Thirty years after the parties’ divorce decree was entered (yes, I said that), the Court of Appeals denied Wife’s Rule 60 motion.  The Court found nothing in the record to indicate that Husband or his attorney did anything to prevent Wife or her attorney from contacting personnel in the Guard and/or the Reserves who could have provided the necessary details regarding the accounts (of which, the Court duly noted, Husband admitted to the existence of in his deposition).  Insert M-Bomb here.  The potential malpractice, as seen through the eyes of the Court:

While [Wife] may argue that her attorney in 1984 should have raised this issue prior to when she discharged him, any error by counsel is imputed to the client and is not grounds for relief under CR 60.02(f).

Keeping with my practice of always offering solutions, the answer here (or one of them) is to obtain written disclosure regarding the other spouse’s retirement plans.  Before your client signs any settlement agreement, did you receive a written disclosure statement from the other spouse confirming all plans of coverage?  Without the written disclosure, it may be difficult to reopen the case upon the later discovery of the existence of a plan (concealed or not).  The rest of the solution?  When retirement assets are disclosed, through either a sworn statement or deposition as in Bowman, find out if any portion is marital.  Then follow through to ensure an appropriate classification and division of such property before any agreement is signed or trial findings are entered by the court.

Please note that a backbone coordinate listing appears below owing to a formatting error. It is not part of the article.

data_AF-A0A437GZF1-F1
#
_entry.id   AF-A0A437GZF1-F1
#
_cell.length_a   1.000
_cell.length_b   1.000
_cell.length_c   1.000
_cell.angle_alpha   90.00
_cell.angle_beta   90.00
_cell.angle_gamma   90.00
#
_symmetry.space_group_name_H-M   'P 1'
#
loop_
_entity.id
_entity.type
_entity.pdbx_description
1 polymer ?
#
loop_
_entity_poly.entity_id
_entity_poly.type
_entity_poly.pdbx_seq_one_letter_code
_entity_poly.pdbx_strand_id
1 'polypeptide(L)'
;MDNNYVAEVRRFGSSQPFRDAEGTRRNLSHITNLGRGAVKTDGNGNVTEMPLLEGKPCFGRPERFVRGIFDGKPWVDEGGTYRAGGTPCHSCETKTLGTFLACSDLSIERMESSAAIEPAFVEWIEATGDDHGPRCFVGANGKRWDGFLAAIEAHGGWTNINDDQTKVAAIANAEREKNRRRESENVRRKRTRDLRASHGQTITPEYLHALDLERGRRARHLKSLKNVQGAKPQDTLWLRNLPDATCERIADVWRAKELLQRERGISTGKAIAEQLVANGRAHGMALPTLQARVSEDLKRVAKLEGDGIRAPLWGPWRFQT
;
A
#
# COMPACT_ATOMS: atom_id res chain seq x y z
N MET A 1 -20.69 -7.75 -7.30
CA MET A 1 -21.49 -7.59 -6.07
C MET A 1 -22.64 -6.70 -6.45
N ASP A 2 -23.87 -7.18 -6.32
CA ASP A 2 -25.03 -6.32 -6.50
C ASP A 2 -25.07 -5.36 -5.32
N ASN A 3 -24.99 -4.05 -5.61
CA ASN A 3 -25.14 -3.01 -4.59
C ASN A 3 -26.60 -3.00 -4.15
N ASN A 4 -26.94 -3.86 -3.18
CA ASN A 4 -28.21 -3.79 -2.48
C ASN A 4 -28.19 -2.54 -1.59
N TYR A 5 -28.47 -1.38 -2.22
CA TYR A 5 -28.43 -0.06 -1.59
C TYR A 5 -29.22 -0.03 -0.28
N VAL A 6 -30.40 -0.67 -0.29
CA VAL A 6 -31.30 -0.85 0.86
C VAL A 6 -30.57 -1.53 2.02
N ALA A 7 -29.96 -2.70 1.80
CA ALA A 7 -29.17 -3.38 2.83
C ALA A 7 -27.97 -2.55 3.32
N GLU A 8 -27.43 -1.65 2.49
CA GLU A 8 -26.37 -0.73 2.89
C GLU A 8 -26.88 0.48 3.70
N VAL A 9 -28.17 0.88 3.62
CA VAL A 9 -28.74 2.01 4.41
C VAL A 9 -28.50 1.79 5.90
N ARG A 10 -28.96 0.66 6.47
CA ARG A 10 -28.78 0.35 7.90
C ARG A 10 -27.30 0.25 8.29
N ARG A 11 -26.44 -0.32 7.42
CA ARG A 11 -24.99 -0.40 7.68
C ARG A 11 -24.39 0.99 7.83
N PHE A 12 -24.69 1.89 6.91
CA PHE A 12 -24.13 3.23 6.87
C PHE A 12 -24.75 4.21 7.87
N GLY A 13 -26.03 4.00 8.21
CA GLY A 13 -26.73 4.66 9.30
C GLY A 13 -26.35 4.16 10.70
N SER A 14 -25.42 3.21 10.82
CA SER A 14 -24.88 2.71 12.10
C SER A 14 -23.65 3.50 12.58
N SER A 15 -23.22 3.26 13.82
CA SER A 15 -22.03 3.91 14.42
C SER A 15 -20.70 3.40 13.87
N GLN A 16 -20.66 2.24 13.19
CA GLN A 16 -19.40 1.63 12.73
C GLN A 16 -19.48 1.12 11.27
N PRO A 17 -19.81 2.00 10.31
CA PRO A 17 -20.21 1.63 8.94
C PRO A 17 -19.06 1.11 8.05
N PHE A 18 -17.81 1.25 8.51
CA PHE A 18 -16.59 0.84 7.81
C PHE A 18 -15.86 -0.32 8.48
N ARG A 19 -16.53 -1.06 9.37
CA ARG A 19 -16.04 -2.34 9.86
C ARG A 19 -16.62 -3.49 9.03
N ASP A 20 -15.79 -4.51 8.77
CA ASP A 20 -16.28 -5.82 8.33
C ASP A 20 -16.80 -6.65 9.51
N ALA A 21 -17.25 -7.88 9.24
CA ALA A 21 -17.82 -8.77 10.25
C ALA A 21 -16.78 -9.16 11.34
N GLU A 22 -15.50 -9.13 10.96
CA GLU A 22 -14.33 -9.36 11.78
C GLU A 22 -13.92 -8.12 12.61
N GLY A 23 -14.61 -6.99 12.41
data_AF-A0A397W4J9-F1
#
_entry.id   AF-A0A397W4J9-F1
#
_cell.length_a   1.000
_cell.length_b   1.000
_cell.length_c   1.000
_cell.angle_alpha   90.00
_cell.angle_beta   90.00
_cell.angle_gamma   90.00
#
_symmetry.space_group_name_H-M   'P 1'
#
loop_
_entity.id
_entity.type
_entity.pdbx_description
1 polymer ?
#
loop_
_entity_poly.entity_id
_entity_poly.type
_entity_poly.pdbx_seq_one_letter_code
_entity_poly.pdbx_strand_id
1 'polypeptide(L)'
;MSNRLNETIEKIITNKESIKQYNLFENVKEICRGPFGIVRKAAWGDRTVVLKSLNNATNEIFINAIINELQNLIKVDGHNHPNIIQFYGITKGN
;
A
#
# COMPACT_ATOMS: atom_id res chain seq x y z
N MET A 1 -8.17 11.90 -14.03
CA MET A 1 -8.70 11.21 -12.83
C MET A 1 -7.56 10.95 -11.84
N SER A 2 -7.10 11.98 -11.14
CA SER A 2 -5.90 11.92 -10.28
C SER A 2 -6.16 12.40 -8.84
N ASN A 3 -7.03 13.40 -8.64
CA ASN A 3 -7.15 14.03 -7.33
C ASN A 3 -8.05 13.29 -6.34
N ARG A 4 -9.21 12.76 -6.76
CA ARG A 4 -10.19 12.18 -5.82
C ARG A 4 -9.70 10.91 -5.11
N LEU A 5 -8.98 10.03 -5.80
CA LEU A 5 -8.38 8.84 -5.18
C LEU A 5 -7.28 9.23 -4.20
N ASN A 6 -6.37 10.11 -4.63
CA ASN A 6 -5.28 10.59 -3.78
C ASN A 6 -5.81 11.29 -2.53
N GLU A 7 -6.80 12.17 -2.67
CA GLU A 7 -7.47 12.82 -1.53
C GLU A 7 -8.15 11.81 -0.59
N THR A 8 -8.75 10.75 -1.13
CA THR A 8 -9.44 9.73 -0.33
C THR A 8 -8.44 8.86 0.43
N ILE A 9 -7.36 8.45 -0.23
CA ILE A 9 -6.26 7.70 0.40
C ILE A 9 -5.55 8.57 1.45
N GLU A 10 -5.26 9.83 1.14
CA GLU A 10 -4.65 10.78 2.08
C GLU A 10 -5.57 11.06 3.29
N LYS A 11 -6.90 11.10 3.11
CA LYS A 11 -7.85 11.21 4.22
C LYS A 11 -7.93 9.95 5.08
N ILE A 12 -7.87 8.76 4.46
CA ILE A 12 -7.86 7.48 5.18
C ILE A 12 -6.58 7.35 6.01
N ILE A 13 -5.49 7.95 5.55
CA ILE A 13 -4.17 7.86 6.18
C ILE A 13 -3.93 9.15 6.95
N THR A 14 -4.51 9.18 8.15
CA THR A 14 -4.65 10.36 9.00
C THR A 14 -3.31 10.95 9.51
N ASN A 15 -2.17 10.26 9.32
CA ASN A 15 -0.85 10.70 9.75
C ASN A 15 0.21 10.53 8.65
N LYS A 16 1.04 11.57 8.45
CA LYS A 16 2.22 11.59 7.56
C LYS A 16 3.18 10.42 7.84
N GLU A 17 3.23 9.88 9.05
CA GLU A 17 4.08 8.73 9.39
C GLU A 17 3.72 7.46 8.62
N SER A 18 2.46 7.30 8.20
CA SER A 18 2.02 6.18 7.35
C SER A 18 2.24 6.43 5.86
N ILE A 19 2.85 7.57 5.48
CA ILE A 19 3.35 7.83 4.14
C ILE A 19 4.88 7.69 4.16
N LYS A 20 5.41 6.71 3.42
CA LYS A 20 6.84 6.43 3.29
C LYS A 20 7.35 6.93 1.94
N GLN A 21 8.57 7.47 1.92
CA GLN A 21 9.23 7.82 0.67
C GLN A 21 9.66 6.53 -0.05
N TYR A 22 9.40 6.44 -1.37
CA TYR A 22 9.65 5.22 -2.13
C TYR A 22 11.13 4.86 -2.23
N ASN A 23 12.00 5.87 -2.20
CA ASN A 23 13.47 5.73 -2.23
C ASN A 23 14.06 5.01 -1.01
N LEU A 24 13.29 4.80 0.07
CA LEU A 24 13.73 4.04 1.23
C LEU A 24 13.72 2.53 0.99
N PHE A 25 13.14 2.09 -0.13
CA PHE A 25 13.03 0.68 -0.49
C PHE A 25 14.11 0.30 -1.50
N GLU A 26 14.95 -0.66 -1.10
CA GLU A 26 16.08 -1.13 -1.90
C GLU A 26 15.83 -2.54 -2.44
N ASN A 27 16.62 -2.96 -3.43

Now this blog post comes full circle, and back to this quarter’s The Risk Manager, and where I will end this post in the good hands of LMICK.  The aforementioned LMICK article suggests the inclusion of certain language in the separation agreement to avoid future problems regarding nondisclosure by a spouse in divorce.  LMICK’s proposed language is based upon the AOC’s Preliminary and Final Disclosure Statements (see AOC PDF Forms 238 at Paragraph F.7., and 239 at Paragraph E.7.; see also FCRPP 2):

The parties have based this Agreement upon the information provided in their respective Preliminary Verified Disclosure Statements – AOC 238, exchanged between the parties during this divorce action. 

And if the Disclosure is not to be filed with the record, as is often the case when the parties come to an agreement, or when otherwise not required by the court, LMICK suggests further adding:

Each party waives the final requirement that the other party file a Preliminary/Final Verified Disclosure Statement.